8. Depressing point, but the thing is everyone in lock down right now is consuming media. There is plenty of demand for entertainment, it's not as important as food, shelter, medicine etc.. but art in its various forms is important for a lot of peoples sanity. Expensive movies are a problem - there will be less Marvel $200million efforts. But hopefully some interesting films will still get made...
  9. Probably a few places would still have a 1" machine in the UK Stanley productions do a lot of that kind of work. 1" C dubs require a bit of set up and the machine needs to be supervised for headclogs etc.. so it's probably at least a couple 100 per hour to any format. Better to get a prores file - as the DVD compression doesn't do well with typical composite video noise
  10. I'll hold out for the American remake, with Nicholas Cage in the Probyn role and Andy Serkis in mo-cap as the FX9
  11. When are you going to publish your OTT Fx9 unboxing video?
  12. Stay safe and try not to start a podcast
  13. The South Park video worked because it wasn't a proof of concept - it wasn't a pitch for TV series it was a self contained short film that worked on its own. And good enough to get people interested in the idea of a TV series - but I'm not sure it was on Matt and Trey's radar when they made it or it would have been more commercial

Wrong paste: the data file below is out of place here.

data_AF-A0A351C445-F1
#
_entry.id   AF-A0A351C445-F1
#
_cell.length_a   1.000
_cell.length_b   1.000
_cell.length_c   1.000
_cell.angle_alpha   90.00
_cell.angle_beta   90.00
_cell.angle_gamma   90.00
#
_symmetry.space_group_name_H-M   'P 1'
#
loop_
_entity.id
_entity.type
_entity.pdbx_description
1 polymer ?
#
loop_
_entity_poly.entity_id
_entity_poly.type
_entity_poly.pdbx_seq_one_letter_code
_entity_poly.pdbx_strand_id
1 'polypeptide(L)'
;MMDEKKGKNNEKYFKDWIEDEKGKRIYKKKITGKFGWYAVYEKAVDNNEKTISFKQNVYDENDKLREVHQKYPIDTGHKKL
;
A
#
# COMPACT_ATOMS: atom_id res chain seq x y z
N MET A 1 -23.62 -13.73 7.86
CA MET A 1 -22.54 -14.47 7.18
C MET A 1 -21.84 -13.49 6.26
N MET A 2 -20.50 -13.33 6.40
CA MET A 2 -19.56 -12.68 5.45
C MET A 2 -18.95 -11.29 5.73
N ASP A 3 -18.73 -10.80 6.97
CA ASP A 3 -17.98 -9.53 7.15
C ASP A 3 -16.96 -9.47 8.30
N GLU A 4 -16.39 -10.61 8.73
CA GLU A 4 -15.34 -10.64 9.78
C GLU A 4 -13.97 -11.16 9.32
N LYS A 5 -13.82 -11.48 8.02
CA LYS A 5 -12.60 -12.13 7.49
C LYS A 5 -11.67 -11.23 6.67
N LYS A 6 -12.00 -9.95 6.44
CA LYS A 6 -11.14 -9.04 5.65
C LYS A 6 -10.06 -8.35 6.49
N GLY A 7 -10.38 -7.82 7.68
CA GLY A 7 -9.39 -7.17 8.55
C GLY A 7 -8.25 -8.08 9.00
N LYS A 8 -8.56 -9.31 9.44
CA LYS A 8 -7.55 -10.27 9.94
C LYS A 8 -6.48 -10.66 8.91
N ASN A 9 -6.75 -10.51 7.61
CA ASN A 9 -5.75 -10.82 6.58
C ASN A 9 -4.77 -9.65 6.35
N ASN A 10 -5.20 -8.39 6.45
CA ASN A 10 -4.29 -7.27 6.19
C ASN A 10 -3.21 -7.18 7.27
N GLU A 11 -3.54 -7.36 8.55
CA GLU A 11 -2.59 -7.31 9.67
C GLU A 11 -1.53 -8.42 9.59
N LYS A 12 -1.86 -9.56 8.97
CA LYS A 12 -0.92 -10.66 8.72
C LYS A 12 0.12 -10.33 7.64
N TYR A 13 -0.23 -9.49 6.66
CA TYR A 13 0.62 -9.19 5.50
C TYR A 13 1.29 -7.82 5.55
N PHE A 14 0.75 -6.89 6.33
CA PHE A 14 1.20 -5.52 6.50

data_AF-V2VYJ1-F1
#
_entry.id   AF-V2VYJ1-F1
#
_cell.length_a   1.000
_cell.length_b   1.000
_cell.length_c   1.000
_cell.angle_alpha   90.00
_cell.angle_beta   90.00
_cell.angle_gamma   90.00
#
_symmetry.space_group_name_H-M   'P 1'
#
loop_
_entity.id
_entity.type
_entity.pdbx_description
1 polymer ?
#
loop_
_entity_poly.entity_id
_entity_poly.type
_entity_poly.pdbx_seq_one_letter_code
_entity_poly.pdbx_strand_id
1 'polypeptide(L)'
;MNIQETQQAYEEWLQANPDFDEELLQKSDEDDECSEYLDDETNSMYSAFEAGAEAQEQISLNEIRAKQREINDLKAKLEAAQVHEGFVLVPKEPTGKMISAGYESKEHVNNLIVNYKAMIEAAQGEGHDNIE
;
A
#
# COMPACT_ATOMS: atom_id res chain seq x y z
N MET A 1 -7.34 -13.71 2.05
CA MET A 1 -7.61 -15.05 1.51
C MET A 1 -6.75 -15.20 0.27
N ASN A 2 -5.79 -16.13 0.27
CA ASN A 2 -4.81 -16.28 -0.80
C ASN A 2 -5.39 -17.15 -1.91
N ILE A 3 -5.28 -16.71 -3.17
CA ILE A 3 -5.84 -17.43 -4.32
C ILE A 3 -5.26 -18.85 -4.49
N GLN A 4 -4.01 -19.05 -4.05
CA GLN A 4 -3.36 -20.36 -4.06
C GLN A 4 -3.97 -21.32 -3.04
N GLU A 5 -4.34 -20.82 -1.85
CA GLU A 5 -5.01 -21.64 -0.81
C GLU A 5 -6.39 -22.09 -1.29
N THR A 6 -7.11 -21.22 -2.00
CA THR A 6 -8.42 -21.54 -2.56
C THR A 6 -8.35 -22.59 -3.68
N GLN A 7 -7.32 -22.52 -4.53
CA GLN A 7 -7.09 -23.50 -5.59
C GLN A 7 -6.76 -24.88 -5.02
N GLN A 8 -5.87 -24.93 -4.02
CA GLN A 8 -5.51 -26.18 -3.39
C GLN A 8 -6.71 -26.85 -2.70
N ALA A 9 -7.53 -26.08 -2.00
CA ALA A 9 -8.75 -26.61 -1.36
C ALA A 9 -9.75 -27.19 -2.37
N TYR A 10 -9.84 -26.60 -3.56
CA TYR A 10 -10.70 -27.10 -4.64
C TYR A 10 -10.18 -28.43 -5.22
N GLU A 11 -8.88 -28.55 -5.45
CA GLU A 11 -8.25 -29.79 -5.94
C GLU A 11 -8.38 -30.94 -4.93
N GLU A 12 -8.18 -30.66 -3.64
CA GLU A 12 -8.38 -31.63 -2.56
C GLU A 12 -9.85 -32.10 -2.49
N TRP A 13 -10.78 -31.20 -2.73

14. I made teaser trailer for a movie pitch some years ago - it was a ton of work and although we got some meetings the film sat in development hell for ages and never happened. I don't think I'd do it again because a lot of effort when into a trailer that I could only show to a few people and it only "sells" that script, rather then my ability as a director - since its not a satisfying watch because it doesn't really tell a story, just cool shots. I think the effort and time would have been better spend on a short film - that potentially could go into festivals, win things (maybe) or just be viewed by the public - showing my directing (skillz) in a better way because people can see a complete story with a beginning middle and end. These days you need to have an indie feature under your belt to be taken seriously by the bigger film funders. So I think its better to scrape the money together and make a micro budget feature to prove you can make a feature. A trailer proves nothing - I found this to my cost - people liked my trailer and they liked the script (I didn't write it) so because I had no feature track record, there was a strong push by any interested parties to hire a more experienced director. If your not a writer/director you have less leverage to stay on the project. The closet it got to being made was when I left the project and the writer continued to pitch it alone (I was a liability) Better to just make stand alone work that stands up on its own as a complete film, that proves you can make an actual film and then a good script will be your best asset. Unless your crowd funding, having a trailer for that is a good asset it helps those sort of investors see what your planning. Some of the successful crowd funds: Blue Ruin, Little Miss Sumo, Kung Fury, Slice of Life etc... worked because they had compelling visuals. I'm now focusing on the micro budget indie feature approach, rather then waisting years pitching a script to UK financiers that are only realistically going to commission Phoebe Waller Bridge or Danny Boyle. I am hoping I don't have to resort to crowd funding next time round. But If it came to a Hail Mary kickstarter as the only way to financed it the the script, I'd look at filming a sequence that could work as a stand alone film and a trailer. So if the feature never gets made, I have a short film that can go out to festivals, list on IMDB etc... can't do that with a more conventional trailer. But its something I'm hoping to avoid. I have a short in post at the moment thats I'm hoping is good enough to at least help the financing of the feature idea. I think at least it would work better then a trailer. I've also found on low budgets its easier to get high calibre cast for a low budget short then it is for a feature trailer. I was lucky with my casting, because they responded to the script. I doubt they would have signed up for a feature trailer without some commitment to be eventually cast in the feature which would be problematic from a finance POV.